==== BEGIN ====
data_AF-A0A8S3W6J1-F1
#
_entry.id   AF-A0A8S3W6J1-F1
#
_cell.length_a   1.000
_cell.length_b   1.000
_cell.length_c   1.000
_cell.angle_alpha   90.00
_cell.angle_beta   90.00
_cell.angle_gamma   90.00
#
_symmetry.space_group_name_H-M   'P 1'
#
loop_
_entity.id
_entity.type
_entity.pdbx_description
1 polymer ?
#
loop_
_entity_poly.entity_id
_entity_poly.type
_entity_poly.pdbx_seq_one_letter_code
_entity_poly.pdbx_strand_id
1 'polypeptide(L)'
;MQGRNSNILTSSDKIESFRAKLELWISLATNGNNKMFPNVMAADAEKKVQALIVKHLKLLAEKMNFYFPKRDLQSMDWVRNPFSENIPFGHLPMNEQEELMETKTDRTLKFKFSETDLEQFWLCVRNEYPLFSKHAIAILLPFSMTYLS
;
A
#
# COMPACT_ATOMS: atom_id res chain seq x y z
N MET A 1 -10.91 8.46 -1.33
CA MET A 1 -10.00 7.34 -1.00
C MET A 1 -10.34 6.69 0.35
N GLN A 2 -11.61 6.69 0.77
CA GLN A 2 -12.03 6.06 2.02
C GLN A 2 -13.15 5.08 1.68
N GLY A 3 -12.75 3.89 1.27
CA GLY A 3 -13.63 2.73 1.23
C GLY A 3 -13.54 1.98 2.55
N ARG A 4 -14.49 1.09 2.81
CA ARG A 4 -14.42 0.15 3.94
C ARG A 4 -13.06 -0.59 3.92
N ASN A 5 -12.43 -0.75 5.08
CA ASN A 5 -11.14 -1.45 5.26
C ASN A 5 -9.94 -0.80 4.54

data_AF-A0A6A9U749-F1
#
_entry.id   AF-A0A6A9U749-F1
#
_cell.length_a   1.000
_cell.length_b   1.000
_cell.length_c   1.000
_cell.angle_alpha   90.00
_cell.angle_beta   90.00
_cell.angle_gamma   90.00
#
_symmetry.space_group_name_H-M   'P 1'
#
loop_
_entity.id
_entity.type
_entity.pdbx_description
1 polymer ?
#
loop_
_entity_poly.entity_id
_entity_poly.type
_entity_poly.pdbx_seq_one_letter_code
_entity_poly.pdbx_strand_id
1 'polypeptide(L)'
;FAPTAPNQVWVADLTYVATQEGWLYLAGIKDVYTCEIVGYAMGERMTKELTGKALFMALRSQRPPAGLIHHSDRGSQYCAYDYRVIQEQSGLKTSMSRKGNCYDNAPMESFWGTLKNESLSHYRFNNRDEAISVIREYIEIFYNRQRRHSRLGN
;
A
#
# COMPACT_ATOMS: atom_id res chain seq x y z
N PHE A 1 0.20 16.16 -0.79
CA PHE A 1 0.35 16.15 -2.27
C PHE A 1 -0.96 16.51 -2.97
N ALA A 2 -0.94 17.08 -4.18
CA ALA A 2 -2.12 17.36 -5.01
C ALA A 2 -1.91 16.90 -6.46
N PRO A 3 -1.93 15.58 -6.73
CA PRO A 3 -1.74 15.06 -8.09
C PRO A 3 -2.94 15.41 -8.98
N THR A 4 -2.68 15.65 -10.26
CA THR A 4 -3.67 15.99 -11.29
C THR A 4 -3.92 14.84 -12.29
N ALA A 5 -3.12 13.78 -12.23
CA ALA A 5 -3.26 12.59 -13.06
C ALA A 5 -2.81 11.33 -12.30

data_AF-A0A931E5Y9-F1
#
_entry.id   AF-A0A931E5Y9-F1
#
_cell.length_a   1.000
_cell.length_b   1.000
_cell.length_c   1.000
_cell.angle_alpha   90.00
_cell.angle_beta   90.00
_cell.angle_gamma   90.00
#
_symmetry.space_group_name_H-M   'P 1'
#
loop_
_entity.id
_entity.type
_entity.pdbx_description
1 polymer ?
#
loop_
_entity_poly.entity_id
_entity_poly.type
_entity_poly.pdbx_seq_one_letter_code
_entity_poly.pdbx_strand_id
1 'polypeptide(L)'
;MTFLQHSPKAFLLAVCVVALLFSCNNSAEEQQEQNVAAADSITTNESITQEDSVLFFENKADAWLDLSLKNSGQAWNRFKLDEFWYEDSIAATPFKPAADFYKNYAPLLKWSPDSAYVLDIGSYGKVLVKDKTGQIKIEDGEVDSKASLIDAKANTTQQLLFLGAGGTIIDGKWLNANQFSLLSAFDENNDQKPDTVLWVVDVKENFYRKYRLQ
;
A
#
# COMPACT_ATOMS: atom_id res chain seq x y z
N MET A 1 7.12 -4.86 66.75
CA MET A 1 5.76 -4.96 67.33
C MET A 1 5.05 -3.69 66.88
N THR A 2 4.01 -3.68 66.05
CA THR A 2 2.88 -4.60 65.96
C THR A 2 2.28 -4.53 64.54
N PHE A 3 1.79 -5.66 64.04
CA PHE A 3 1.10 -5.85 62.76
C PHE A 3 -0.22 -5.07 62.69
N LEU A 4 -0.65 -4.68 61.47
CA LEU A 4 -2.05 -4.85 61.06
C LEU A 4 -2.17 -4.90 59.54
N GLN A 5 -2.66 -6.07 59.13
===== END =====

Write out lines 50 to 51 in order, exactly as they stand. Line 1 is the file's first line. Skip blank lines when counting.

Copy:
_cell.length_a   1.000
_cell.length_b   1.000